It's been a little more than five years since Apple released the original iPhone. During that time the world has changed. People now expect fast, reliable Internet connections and bright touchscreens on devices they can fit in their pockets.
In the meantime, the iPhone has remained recognizably the iPhone. Each successive generation has added welcome features, but none have strayed so far from the previous one as to be unrecognizable. Indeed, from the very first iPhone upgrade, Apple has been taken to task by critics for following that initial exciting burst of revolution with years of steady evolution. (Meanwhile, the iPhone has become wildly successful, proving that phone buyers are excited by the product even if the pundits aren't.)
Now here's the iPhone 5, and is it any surprise that this model doesn't reimagine the iPhone in a completely new way? No, it too is recognizably an iPhone, an evolution of previous models--yet it offers major advances on almost every front. In the technology industry's fastest-moving product category, it's the very best version of the most successful product produced by the world's most valuable company. If the iPhone 5 bores you, you are deficient in joie de vivre.
Improving on the unimprovable
Almost every new Apple product is thinner, faster, and lighter than its predecessor. But I've wondered how much further down that path Apple could go with the iPhone without rewriting the laws of physics. Given that the iPhone 4S was just 9.3 millimeters thick and weighed a meager 140 grams, I had assumed that any changes in future iPhone dimensions would be perceptible only on spec sheets, but not by regular people.
Turns out I was completely wrong.
In photos, a silver-and-white iPhone 5 looks not much different from the white iPhone 4 or 4S. But photos don't do justice to how thin it feels when you pick it up; the thinness is palpable, not theoretical. Thanks to major materials upgrades (including thinner glass and the elimination of a layer of touch sensors), the iPhone 5 is about 80 percent as thick as its predecessor.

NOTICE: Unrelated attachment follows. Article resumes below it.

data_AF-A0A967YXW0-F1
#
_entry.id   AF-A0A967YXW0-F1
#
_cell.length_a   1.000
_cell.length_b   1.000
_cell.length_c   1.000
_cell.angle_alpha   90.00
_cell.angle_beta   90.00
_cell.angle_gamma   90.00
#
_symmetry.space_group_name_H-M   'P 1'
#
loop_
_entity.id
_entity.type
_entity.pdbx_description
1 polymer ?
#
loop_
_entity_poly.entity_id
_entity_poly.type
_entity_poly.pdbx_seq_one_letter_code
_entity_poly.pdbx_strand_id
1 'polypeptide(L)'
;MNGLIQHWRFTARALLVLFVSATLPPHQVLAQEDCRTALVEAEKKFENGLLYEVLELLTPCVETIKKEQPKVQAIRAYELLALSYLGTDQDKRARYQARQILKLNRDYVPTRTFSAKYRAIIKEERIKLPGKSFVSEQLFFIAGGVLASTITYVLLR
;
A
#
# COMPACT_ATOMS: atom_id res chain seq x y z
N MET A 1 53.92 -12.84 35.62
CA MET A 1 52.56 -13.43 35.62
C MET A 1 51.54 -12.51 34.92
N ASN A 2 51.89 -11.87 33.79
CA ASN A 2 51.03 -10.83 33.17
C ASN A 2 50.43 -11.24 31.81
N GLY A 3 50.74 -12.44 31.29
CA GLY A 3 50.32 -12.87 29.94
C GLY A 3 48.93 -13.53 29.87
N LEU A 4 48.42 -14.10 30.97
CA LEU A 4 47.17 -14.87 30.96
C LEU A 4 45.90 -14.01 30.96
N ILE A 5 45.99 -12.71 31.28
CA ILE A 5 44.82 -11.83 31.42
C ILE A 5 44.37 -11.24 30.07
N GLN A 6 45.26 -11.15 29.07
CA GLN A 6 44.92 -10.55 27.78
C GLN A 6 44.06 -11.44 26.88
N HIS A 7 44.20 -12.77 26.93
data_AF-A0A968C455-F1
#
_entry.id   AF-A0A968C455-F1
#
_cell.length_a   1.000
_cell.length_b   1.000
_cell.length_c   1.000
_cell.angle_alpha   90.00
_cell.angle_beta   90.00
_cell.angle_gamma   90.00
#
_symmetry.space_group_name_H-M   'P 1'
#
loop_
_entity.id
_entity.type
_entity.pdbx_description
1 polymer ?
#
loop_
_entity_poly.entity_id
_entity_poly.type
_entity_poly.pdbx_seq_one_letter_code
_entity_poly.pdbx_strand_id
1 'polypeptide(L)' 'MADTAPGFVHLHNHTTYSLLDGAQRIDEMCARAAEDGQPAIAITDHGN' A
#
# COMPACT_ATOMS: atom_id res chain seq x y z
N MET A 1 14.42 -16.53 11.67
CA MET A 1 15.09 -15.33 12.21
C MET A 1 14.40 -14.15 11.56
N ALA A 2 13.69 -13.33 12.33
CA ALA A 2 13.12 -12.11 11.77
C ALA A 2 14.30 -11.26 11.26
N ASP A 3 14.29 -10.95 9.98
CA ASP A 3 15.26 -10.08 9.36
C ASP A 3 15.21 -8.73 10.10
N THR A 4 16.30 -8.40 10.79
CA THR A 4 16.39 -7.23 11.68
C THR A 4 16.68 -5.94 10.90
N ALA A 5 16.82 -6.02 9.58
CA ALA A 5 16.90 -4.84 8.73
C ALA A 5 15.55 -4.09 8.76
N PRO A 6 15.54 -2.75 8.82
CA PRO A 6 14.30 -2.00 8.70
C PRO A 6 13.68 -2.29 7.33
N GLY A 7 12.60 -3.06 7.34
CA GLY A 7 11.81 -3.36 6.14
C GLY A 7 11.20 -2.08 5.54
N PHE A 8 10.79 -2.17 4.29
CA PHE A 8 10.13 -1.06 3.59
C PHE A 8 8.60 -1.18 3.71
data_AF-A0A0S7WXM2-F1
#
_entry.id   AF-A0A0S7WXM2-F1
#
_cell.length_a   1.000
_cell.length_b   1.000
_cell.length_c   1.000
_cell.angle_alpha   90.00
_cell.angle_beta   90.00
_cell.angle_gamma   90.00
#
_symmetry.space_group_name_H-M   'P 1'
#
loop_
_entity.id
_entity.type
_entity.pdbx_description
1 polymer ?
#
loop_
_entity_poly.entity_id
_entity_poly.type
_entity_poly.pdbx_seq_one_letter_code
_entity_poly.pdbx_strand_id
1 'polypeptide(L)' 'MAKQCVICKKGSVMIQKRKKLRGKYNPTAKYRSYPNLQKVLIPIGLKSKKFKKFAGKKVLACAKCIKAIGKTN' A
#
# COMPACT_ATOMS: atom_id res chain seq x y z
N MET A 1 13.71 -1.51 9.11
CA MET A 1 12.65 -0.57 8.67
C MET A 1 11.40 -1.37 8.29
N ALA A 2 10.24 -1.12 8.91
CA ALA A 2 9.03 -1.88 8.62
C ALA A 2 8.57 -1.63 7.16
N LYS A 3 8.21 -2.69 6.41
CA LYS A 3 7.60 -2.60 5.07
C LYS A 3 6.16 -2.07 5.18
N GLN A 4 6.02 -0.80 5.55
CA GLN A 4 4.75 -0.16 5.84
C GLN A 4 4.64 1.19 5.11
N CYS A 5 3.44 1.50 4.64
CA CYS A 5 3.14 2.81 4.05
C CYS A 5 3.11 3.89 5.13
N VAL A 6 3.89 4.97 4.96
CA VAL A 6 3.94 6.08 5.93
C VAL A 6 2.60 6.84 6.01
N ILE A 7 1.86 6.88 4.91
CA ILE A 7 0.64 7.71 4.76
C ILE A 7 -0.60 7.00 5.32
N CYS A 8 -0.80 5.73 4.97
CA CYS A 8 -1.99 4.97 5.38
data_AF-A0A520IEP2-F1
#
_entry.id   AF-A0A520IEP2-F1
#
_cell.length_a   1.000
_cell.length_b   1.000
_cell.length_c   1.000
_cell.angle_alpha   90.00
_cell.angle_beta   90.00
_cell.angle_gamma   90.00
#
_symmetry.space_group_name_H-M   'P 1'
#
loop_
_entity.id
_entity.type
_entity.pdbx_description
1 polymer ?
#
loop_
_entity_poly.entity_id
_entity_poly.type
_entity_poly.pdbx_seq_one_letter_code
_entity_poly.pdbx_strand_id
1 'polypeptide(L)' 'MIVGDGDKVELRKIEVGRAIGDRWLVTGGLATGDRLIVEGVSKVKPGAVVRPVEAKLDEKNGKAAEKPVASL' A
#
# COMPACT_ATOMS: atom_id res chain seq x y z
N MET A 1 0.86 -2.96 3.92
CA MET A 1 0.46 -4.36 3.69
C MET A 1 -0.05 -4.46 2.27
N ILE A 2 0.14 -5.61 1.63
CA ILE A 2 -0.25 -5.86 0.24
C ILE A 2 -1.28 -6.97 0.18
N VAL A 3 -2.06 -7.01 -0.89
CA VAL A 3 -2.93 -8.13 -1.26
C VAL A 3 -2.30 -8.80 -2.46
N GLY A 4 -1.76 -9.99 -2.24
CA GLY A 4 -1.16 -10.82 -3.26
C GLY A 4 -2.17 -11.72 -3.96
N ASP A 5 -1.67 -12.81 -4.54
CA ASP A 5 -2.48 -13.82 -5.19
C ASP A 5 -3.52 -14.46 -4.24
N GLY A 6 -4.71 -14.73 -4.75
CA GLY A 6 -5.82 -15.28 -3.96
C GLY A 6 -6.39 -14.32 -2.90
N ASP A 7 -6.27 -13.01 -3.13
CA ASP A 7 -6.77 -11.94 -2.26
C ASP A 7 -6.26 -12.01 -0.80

Even more impressive is the weight. As one observer pointed out to me on Twitter, the iPhone 4S was as dense as a slab of Pyrex glass. At just 112 grams, the iPhone 5 doesn't have that same density. It feels almost like a movie prop when you pick it up for the first time, as if behind that glass screen there's foam rather than circuitry.
To make room for its taller display, the iPhone 5 is nearly nine millimeters taller than the iPhone 4 and 4S. (It creates an optical illusion: Several people have told me the phone seems less wide than older models, but it's not. And, of course, black is slimming.) Yet the iPhone 5 is so thin that its overall volume is 12 percent less than that of the iPhone 4 or 4S and a third less than the original iPhone.
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